Front Row Seats – {epilepsy series}

Today’s post is part of a series on epilepsy, and is written by Katie.  Her brother John has epilepsy, and being a mama to more than one, I’m always extra interested in hearing what adult siblings of special needs have to say about their experience.
Seeing the castle from across the ice there were many little girls dressed real nice.


And then there was us. While most parents would send their 22 and 25 year old children to a concert on their own, and worry about what kind of trouble they get into, I knew buying three tickets was a better idea. My dad isn’t a huge Disney fan, so instead I invited my mother to join us.

To be fair, I have already seen Beauty and the Beast on Ice. I was 5 years old, and my Grandpa took me. As a 5 year old I had a 2 year old brother who tended to steal the show. He started having seizures at two months old. Grand Mal seizures, the big ones that knock him out, make his body shake, and at the time could go on for hours. My first memory of John having a seizure was at my grandparents house. I can remember being at the top of the stairs watching the paramedics do their work. I don’t know if I was scared, I suppose my memory has protected those emotions.

Life with a special needs sibling is normal. Mainly because I have no idea what “normal” is for other families. I only know my normal. As a child I loved Children’s Hospital in Minneapolis, they had McDonalds, and the playroom had my favorite Little Mermaid puzzle! As a teenager I would look forward to joining my parents in the cities for a Doctor appointment, because it meant going out to lunch, and maybe a stop at the Mall of America.

Throughout the years I have taken a special interest in watching siblings interact. When siblings fight is especially fascinating to me. I don’t know what its like to fight with a sibling. I would sing along to John’s Disney music and he would tell my mom “Katie’s singing (in an tattletale tone)” and he wouldn’t stop telling her about it until she said “Katie, no singing, that’s naughty you ought to know better.” Of course I understood it wasn’t really naughty, but I also knew it wasn’t fair to sing along and continue to torment him.

To be perfectly honest, these interactions still occur on a weekly basis. I like to sing along, they are the songs of my childhood too, and John shouldn’t get to claim them as his own.
John continues to have grand mall seizures about every 10 days. This has resulted in John acting and thinking like a 4 year old. In addition, he has some muscle issues (undiagnosed) so as he grows older we become more dependent on a wheelchair to get him from Point A to Point B.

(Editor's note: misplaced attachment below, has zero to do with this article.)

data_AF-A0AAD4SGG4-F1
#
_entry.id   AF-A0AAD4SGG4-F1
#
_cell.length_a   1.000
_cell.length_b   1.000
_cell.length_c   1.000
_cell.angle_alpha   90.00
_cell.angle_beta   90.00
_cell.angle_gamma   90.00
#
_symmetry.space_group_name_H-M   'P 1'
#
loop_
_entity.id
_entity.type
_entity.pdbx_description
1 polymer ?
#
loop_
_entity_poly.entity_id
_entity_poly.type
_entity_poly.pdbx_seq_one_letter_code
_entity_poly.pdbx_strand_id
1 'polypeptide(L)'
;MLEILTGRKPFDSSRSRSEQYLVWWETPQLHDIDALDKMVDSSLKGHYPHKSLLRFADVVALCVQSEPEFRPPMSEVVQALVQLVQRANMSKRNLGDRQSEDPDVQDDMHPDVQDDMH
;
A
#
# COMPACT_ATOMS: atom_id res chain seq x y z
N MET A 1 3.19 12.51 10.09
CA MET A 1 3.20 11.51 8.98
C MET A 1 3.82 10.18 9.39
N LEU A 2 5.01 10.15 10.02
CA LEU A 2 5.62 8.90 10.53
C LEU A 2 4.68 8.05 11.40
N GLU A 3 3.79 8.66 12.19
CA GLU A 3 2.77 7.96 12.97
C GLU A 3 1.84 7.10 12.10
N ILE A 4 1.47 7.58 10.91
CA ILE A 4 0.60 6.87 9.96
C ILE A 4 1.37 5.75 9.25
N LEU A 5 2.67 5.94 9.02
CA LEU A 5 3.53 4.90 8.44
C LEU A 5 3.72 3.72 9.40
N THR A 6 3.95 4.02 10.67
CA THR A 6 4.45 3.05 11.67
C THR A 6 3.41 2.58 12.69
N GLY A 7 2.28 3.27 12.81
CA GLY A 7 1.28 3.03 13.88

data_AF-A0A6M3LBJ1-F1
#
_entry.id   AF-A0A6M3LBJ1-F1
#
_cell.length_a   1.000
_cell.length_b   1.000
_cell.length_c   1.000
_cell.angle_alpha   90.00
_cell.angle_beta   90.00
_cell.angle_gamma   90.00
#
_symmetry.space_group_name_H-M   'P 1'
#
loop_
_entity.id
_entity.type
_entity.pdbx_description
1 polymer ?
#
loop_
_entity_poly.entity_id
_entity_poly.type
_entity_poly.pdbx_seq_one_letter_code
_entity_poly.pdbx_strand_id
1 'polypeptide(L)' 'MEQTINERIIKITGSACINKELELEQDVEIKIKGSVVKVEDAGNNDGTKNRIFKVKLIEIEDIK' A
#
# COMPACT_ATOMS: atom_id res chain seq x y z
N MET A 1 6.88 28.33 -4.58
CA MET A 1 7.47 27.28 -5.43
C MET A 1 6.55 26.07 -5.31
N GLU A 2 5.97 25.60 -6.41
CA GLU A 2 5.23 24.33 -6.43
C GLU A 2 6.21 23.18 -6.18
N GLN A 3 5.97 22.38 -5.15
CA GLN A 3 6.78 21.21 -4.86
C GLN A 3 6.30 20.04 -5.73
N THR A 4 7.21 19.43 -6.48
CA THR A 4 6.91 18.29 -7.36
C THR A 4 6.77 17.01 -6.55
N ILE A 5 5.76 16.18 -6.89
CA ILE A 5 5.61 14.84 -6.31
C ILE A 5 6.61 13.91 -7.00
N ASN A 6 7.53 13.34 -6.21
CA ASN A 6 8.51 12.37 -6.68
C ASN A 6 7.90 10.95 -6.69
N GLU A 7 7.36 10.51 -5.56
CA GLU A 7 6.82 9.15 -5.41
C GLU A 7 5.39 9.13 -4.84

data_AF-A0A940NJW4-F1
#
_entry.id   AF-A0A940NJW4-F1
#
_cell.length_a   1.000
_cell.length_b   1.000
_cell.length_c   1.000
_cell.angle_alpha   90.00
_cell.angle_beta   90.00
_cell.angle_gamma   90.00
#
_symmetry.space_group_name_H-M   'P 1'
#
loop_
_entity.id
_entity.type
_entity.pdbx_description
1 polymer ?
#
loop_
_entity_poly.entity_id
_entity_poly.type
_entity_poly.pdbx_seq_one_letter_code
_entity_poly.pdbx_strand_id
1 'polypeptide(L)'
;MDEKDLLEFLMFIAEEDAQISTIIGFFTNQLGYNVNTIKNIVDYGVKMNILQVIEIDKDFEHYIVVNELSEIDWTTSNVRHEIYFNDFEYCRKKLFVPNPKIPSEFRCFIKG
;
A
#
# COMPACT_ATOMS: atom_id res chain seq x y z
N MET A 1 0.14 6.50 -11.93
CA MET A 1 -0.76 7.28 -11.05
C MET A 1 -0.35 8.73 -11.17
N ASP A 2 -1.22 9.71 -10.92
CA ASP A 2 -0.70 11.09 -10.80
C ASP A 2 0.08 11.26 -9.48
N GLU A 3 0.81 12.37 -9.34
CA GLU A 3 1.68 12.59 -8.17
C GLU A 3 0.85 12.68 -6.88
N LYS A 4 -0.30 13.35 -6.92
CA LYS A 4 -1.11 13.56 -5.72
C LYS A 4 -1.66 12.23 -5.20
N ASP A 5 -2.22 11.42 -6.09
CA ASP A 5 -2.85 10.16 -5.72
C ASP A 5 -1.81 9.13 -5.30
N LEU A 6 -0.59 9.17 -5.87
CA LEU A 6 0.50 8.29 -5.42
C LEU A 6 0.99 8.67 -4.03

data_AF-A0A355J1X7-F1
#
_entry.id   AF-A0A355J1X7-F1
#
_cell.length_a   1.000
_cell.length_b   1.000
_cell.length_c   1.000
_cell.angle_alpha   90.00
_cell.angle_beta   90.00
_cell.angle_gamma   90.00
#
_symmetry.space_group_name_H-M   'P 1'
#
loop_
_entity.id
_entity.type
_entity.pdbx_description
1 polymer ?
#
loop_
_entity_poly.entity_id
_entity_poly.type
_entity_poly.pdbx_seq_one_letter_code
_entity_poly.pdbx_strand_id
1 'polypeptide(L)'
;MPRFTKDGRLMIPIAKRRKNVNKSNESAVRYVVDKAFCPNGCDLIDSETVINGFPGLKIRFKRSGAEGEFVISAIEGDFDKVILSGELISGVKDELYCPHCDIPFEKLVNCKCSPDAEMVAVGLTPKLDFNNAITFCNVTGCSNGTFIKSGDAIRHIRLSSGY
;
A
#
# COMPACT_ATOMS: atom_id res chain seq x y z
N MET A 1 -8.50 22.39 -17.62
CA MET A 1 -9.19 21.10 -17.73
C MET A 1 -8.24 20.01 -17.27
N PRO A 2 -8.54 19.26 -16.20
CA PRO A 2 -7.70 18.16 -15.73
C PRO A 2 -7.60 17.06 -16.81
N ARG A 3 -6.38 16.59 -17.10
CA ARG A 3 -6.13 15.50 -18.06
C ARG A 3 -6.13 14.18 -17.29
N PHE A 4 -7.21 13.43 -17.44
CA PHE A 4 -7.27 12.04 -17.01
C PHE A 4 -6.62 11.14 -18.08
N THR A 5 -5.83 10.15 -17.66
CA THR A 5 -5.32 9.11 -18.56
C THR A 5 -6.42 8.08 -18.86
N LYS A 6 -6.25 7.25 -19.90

There have been hard days, but I wouldn’t change the way life has worked. Having John as a brother has enriched my life. I could be jealous, or bitter that there are times when we can’t do things as a family because of John. We never went camping, although even with a healthy brother I can’t imagine my family sleeping in a tent together.

My family operates a little differently, we all take our turns caring for John, and give each other breaks as we need them. I will stay home on a Saturday night to babysit while my parents go out to dinner with friends. I’m not a saint, I usually have gone out with my friends on Friday night and don’t need another night out on the town.

I know what true love is, because its the love I feel for him. I live at home right now, not because I have to, but because living far away from him just isn’t fun. What is fun, is not paying rent to my parents and then using some of that “rent” money to fund memories that we can share together. Oh, and some of that money just went towards a Team Jilly bracelet, because I can’t think of a better accessory for me to wear!

* * * *

Ah, I can only wish that my kids still love each other into adulthood this much!

I just love it.

As with all of our series, we are also pairing it with a fundraiser.  This time, my family is participating in a 5k Walk benefitting The Epilepsy Foundation of Greater Los Angeles.

Please consider donating HERE.

Even $5.  If everyone who read gave even $1, we would raise enough to pay for a year of college tuition!  (Not that that’s what we are fundraising for…just saying.)

So please, every little bit counts.  Promise.  Remember baby Cliff?  This very same group of readers raised over $9,500 for him…with the average donation at about $10!


We are also selling shirts, bracelets, and printables in our very own #teamjilly shop.

Proceeds from sales will be given directly to our fundraiser as well.


Don’t be left out!  :)



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I'm a mom to four. A wife to one. I believe in story. I love telling you about mine and would love to hear yours. There's really no sense in wasting our suffering and not sharing in each other's joy. We're all in this together...even if it doesn't always feel like it.

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  1. 1

    Loved hearing about this Katie! John seems like such a blessing. :)
    Emily @ More Than Just Dessert´s last blog post ..Under Construction!

  2. 2

    Such a sweet story. I’m sorry your brother has these health issues but am so happy to hear you have found a way to be close to your brother because it in.
    Rachel Elizabeth´s last blog post ..“We have come dangerously close to accepting the homeless situation as a problem that we just can’t solve.” – Linda Lingle

  3. 3

    You could possibly undoubtedly visit your commitment inside the work you’re writing. The actual market desires for all the more passionate authors just like you who are not fearful to bring up the way they believe that. All of the time pursue your current coronary heart.